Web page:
Doing my theological studies in Bangalore in the United Theological College, has been one of the highlights in my academic life. It was not about discipline, punctuality or anything else that one may associate with studying in such an atmosphere. It was about being real, and learning from various experiences to be real. There were for those who chose to open their eyes, plenty of opportunities to take off the unreal mask that many of us are used to wearing. The problem with these masks is that we then become so comfortable with it, that we never take it off, even in the presence of friends and family.
For the purpose of the stimulation of the mind and to test and develop one’s oratorical skills, we had the option of attending either the hostel general body or the student’s general body. This was a place where we would discuss our problems, sometimes for hours unending, mount a verbal assault on each other and then finally shake hands in mutual admiration. You could call it the parliament of theologians. It was not that every solution was hammered out with ease and every problem would be looked into, but that there was a space for discussion.
Among the many matters that came up for heated discussion was the age old one on ‘water.’ The hostellers had an aqua guard for purifying water before consumption. Ten years ago, this was not the heavy duty one, or the one promising reverse osmosis and sweet tasting water, but one which did ordinary work, in ordinary time. For years, we had used water from it, shared water with one another with not a bother. But the complex question was finally raised. “How can we share this water with students from the family quarters when this is supposed to be only for the bachelor and spinster hostellers”? The question shook everyone out of their slumber and a vociferous debate followed. The pendulum swung from one side to the other. Allegations and counter allegations did the rounds with regional affiliations and sensitivity to the ‘other’ being used. There appeared no solution. Because of water, food became an issue as we had to stop the meeting to have dinner. But this was one issue that could not be done away with a closing argument. Even the two teachers could not do anything.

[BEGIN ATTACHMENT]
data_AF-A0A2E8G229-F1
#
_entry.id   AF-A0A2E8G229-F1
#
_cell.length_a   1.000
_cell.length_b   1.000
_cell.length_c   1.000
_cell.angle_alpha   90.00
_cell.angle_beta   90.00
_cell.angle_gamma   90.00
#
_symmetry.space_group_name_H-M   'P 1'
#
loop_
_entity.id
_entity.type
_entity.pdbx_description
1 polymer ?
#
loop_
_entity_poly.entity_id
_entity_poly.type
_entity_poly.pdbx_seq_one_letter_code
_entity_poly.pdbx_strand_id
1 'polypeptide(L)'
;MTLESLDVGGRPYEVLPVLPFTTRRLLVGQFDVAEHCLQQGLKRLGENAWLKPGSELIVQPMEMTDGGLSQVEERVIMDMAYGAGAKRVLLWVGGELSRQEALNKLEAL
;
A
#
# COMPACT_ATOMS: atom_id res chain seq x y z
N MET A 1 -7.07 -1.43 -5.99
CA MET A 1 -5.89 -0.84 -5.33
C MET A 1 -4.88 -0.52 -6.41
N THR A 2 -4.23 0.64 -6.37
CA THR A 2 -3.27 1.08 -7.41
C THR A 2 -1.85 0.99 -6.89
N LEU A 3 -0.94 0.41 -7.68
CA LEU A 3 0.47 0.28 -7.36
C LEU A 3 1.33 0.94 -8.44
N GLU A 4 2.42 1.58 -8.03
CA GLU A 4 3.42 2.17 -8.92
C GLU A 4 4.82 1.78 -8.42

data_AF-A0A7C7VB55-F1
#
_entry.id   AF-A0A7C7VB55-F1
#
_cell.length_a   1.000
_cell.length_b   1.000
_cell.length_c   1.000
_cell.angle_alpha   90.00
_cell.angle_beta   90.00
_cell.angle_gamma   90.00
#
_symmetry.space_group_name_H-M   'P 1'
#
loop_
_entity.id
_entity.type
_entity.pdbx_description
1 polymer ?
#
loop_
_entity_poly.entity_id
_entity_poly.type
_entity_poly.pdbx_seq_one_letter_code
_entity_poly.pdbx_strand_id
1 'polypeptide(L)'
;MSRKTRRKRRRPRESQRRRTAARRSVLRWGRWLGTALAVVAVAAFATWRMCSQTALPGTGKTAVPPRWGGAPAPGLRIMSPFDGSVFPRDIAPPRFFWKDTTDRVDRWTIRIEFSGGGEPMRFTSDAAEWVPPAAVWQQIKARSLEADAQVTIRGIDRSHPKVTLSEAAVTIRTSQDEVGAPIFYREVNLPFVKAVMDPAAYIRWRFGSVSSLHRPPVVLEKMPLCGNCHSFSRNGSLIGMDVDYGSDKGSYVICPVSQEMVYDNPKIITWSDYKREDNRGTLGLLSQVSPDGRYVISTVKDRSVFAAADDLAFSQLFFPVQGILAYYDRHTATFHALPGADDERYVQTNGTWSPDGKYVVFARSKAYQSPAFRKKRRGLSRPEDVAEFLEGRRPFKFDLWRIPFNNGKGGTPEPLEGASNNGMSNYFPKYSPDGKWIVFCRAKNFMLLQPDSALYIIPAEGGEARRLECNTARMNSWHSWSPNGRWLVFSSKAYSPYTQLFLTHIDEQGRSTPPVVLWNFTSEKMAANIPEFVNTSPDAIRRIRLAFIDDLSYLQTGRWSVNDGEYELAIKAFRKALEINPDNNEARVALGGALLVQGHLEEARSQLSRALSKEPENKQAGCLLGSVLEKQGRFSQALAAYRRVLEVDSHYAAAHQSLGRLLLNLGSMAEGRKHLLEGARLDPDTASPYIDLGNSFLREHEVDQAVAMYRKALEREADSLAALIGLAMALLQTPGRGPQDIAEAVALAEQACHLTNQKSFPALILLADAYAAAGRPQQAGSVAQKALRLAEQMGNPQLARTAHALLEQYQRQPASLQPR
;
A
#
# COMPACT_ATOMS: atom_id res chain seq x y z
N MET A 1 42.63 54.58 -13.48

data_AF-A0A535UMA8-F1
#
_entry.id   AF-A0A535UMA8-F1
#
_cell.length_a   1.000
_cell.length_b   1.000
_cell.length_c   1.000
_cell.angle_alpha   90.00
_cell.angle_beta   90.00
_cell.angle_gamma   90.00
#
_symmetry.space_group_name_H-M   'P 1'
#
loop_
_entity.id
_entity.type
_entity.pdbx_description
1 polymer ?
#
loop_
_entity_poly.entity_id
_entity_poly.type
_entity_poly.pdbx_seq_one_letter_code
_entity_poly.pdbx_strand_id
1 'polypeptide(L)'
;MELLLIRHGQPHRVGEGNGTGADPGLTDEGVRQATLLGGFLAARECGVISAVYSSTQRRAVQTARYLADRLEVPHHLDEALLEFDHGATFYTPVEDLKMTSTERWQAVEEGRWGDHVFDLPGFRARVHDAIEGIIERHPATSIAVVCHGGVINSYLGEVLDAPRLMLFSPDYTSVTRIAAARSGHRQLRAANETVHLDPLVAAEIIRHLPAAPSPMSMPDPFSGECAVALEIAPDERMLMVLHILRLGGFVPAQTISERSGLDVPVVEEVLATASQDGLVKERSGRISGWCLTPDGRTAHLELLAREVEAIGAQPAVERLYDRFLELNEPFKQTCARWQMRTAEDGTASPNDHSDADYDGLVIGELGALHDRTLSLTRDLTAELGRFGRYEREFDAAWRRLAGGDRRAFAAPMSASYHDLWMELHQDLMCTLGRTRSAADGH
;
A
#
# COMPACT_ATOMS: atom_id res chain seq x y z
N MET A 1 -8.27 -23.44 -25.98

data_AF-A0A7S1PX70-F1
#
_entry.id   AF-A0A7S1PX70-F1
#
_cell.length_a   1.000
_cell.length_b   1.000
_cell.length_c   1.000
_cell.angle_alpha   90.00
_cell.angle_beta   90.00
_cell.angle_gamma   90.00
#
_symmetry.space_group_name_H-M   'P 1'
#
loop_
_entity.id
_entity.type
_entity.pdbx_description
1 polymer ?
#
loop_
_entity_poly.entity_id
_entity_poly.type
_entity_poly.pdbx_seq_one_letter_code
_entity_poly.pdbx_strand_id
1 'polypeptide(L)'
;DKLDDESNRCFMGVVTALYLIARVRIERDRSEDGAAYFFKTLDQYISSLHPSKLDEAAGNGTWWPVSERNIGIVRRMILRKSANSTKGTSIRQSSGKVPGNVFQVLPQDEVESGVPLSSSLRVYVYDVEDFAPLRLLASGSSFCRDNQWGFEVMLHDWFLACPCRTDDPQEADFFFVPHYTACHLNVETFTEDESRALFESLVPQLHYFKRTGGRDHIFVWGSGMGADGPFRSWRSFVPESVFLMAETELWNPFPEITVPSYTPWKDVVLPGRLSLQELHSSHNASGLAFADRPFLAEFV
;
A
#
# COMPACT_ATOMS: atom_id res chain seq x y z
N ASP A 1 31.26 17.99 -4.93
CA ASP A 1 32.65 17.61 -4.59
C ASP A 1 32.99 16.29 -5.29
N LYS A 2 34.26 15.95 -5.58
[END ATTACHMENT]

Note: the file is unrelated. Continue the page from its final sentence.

This day, we got our share of reality bites. We could gauge the different groups we were divided into and the reality that we were not willing to part with the water which we were sharing for such a long time.
Amid the growling stomachs and the ayes and the no’s, one hand was lifted. A very weak one I would say. But silence followed nevertheless, more because everyone would have been tired by then. The hand was followed by a question to the chairperson. The question itself ensured more silence. “Respected chairperson, how many litres does it take before we should change the filter of our aqua guard?” There were whispers in the background and a frenzied calculation followed. “3000 litres, replied the chairperson.” Then the weak hand continued, “That means at a minimum rate of 100 students we use 200 to 300 litres every day. And that means in ten days we would have crossed the 3000 litres limit.” More silence and then, “How long has it been since we changed the filter?” Atleast six months said the chairperson after checking with others. The voice concluded, “That means we are sitting here and fighting over water that isn’t purified anyway? So what is the point?” A few gasps here and there were followed by incessant laughter. The chairperson got up to conclude the heated debate and said, “Shall we pray?”
This was indeed a lesson I learnt and still keep close to my heart. We fight over things which are not there. Land which is not ours, water which comes and goes, religion which appears near yet is so distant. Maybe its time for a bit of sense!